What is real?
How do we know it is real?
What does “real” mean?
Does understanding the difference between what is real and what is not real give us any advantage in life?
These fundamental questions are ask by most humans at some point in their lives, but even the most contemplative philosophers disagree on the answers.
In this article, I’m going to attempt to persuade readers to reduce the common, yet debilitating, gaseous and bloated ontology (the study of what is real), and to slim down their conceptual schemes to include only those entities and concepts that have warrant.
I will first identify some of the impediments to an accurate construction of a mental representation of reality, then speak to the demarcation between objective and subjective realities that is too often ignored.
Here are some of the impediments to constructing an accurate mental map of reality.
- By the time we are old enough to critically assess our beliefs, our brains have already sublimated many assumptions deep into our conceptual frameworks. Prior to the existence of critical thinking skills, we, as young children, are taught by society the narratives that validate that particular society, and these narratives necessarily come with the baggage of concepts that are uncritically sublimated into the “common sense” module of our brains. Because we cannot remember the indoctrination process, we wrongly assume it was legitimately derived. We assume…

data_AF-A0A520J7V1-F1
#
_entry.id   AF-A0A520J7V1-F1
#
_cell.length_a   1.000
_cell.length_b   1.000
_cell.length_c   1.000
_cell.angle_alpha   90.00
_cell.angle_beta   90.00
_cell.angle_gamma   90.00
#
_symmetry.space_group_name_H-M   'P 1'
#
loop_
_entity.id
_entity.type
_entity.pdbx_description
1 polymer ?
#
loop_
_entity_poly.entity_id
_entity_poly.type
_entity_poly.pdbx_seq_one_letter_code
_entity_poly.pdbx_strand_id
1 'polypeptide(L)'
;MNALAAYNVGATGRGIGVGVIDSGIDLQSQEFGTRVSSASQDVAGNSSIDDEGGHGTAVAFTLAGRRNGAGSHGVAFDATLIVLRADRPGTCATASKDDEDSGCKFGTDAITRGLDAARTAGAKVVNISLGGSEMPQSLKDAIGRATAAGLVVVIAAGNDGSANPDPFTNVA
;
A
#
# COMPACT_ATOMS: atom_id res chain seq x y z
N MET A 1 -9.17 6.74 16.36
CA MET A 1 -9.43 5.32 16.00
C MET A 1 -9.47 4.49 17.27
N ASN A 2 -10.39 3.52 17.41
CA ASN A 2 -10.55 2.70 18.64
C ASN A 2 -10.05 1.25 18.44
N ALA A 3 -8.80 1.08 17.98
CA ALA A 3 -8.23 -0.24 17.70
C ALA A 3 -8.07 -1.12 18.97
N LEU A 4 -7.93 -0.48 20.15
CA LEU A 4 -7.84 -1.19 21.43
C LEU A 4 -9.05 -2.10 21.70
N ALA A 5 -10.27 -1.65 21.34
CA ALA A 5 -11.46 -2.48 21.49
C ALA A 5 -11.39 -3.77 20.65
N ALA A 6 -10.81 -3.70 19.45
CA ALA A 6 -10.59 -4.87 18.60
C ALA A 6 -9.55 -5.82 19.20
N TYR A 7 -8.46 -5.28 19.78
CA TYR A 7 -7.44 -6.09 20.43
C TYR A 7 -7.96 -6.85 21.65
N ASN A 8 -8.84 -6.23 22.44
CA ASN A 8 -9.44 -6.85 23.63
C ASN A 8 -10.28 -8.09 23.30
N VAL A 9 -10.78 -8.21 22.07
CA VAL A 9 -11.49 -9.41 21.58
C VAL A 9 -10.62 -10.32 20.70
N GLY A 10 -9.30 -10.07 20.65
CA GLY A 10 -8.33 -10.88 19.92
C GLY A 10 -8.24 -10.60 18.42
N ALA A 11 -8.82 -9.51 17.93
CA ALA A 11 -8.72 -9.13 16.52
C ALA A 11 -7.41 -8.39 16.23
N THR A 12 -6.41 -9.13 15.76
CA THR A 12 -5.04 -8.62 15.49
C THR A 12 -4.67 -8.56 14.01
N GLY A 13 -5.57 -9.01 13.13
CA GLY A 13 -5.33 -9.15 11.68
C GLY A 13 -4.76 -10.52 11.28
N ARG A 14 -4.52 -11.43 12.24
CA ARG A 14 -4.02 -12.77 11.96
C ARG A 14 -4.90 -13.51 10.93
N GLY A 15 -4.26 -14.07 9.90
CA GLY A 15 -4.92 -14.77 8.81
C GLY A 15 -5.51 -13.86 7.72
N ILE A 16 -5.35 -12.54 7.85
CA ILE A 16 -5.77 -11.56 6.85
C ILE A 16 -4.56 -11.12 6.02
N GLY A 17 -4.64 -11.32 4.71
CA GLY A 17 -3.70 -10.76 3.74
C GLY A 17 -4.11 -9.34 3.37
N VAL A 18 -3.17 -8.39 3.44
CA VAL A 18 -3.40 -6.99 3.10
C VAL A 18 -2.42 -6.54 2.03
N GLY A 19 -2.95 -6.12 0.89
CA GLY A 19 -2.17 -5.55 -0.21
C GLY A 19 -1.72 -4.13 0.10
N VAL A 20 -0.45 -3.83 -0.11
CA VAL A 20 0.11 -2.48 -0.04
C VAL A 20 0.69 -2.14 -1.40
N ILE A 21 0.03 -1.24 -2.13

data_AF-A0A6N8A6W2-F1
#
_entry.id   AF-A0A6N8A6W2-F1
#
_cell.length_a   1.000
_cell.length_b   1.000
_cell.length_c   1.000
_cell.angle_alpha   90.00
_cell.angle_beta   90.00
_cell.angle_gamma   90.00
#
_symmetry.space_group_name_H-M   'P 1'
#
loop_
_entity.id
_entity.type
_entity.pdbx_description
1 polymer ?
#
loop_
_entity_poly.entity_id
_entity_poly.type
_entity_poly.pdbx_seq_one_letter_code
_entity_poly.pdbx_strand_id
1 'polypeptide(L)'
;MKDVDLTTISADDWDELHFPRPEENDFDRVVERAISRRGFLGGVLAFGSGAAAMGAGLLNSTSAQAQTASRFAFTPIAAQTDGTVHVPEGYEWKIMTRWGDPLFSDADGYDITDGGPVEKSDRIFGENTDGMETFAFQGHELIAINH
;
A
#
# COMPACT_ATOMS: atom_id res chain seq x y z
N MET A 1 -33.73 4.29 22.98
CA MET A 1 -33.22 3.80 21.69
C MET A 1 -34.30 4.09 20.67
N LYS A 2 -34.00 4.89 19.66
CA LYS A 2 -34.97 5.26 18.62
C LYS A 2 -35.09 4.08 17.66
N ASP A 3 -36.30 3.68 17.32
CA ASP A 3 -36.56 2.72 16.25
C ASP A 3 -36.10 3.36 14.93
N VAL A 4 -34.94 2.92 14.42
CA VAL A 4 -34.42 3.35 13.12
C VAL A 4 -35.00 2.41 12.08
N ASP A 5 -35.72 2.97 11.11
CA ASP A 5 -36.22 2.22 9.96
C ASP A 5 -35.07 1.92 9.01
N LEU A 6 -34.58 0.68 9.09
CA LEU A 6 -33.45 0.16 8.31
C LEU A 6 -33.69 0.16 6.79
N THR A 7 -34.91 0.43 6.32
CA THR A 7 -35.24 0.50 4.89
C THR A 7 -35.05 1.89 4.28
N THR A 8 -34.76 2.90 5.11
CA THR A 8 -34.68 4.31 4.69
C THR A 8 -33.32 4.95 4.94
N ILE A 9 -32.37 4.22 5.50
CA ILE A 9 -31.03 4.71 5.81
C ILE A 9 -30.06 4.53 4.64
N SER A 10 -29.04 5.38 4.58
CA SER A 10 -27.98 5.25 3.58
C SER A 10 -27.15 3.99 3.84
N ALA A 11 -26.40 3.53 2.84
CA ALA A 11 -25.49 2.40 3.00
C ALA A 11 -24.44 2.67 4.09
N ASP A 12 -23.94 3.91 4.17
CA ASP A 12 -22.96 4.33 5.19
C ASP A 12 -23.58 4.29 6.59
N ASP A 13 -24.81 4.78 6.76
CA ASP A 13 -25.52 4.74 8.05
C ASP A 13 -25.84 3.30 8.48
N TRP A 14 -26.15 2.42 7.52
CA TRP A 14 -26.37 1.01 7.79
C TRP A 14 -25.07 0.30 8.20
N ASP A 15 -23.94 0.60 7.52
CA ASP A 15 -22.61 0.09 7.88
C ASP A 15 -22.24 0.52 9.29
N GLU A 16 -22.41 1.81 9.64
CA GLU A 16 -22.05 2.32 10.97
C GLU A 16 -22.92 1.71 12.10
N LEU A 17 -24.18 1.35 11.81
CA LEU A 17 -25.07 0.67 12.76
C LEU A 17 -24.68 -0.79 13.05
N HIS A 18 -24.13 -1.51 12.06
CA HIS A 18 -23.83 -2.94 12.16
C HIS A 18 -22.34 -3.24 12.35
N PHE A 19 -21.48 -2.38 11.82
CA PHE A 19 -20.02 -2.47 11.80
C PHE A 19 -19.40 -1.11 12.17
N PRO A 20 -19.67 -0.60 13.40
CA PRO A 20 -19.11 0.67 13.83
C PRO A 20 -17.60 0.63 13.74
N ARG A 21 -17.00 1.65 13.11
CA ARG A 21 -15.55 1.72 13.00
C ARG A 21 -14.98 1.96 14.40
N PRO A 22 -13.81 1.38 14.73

- the existence and permanence of the soul
- the existence of morality
- “rights” and entitlements for humans
- a teleological “purpose” for each human
- an administer of absolute justice
We are indoctrinated with these concepts during our formative years, and when old enough to critically assess their truth, we instead spend our mental energy on foraging for arguments in their defense since the denial of these concepts threaten our entrenched identity.